3 Student Loan Consolidation Myths

With student loan consolidation, you’ll be able to combine more than one federal student loan and turn it into one loan. By doing this, it will be a lot easier to handle your payments every month since you’ll no longer have to make multiple payments to various lenders.

Borrowers may hear about a number of different benefits when they consolidate their student loans. They may also learn three very specific myths about student loan consolidation that create massive confusion among borrowers and students alike.

To prevent making the wrong decision about consolidating your student loans, please learn these common myths and discover the truth. 

1. Student Loan Refinancing & Student Loan Consolidation Are the Same

The truth of the matter is that student loan refinancing and student loan consolidation are two totally different ways to repay your loan.

When you consolidate your student loans, you are technically combining more than one federal loan and turning it into one loan. This simplifies the payment process for people that are tired of paying multiple loans every month. It also opens the door to access to possible forgiveness programs, and if you’re lucky you’ll end up with repayment plans that are much more favorable.

Refinancing student loans is when you actually apply for a brand-new loan. You’ll do this because you hope to get a lower interest rate than the one you’re currently paying. This will help you pay off one or more of your existing loans, and you’ll only have to focus on one loan at a lower interest rate.

With consolidation, private loans are not an option so you can only consolidate federal loans. If you’re looking to lower your interest rates on private loans, your best bet and really your only option is to look into student loan refinancing. 

2. It’s Possible to Consolidate Federal Student Loans and Private Student Loans

We just learned that it wasn’t possible to consolidate private student loans. So it’s also going to be impossible to consolidate private and federal student loans into one loan. The system just doesn’t work that way.

Federal loan consolidation is a process offered by the government and it’s only available for federal student loans. If you choose to consolidate federal loans, they will calculate your interest rate based on the weighted average of the interest rate of all loans being consolidated.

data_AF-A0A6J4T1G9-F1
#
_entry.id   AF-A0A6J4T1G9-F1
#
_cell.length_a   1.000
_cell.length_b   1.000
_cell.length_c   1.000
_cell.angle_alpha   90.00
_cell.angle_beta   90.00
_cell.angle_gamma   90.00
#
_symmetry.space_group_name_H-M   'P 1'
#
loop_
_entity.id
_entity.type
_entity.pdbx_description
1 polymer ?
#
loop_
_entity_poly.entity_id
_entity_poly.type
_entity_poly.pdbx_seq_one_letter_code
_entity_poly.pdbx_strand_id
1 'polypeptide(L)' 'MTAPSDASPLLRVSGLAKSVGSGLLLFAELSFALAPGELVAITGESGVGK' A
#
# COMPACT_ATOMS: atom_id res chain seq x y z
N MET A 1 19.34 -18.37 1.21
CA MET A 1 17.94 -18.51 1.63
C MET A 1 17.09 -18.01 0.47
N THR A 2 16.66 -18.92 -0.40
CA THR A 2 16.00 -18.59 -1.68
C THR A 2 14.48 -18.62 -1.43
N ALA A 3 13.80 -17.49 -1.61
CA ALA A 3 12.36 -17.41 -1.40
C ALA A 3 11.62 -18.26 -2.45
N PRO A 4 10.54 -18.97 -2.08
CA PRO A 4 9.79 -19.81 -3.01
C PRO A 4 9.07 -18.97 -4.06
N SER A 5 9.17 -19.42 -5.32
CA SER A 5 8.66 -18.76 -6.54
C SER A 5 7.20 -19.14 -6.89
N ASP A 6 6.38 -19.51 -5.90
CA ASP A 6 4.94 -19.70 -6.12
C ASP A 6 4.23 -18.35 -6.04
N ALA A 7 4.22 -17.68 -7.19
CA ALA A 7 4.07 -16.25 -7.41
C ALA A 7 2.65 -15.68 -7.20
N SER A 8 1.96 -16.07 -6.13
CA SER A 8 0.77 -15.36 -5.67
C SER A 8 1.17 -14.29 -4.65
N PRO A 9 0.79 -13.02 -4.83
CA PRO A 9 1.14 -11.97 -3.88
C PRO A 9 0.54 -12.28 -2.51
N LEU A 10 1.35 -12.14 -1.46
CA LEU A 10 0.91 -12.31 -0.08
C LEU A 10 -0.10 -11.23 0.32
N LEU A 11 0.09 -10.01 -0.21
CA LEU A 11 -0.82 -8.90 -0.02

As an example, if you have five student loans with various interest rates, the consolidation program will get an average of all five rates and that will be the interest rate of the new loan.

There are no available consolidation options for private student loans. When someone says they’re consolidating their private loans, they are making a mistake because they mean they’re refinancing their loans. With this method, you actually have to apply for a brand-new loan that you may or may not qualify for after your credit history is assessed.

According to Studentloansconsolidation.co, a website that talks about how to get a private student loan consolidation loan, “…the interest rate on the consolidated loan might be substantially lower, and the final payment can be reduced in a manner similar to the effect on your monthly payment after refinancing a mortgage or a car.” 

3. Student Loan Consolidation Is Right for Everyone

In certain cases, consolidating your student loans might not be the best option. If you cannot get a better interest rate than the one you currently have, it’s not worth it to consolidate at this point. If you can find a better rate in the future, it might be worth it at that point. 

Conclusion

Consider these student loan consolidation myths the next time you plan to consolidate your loans.

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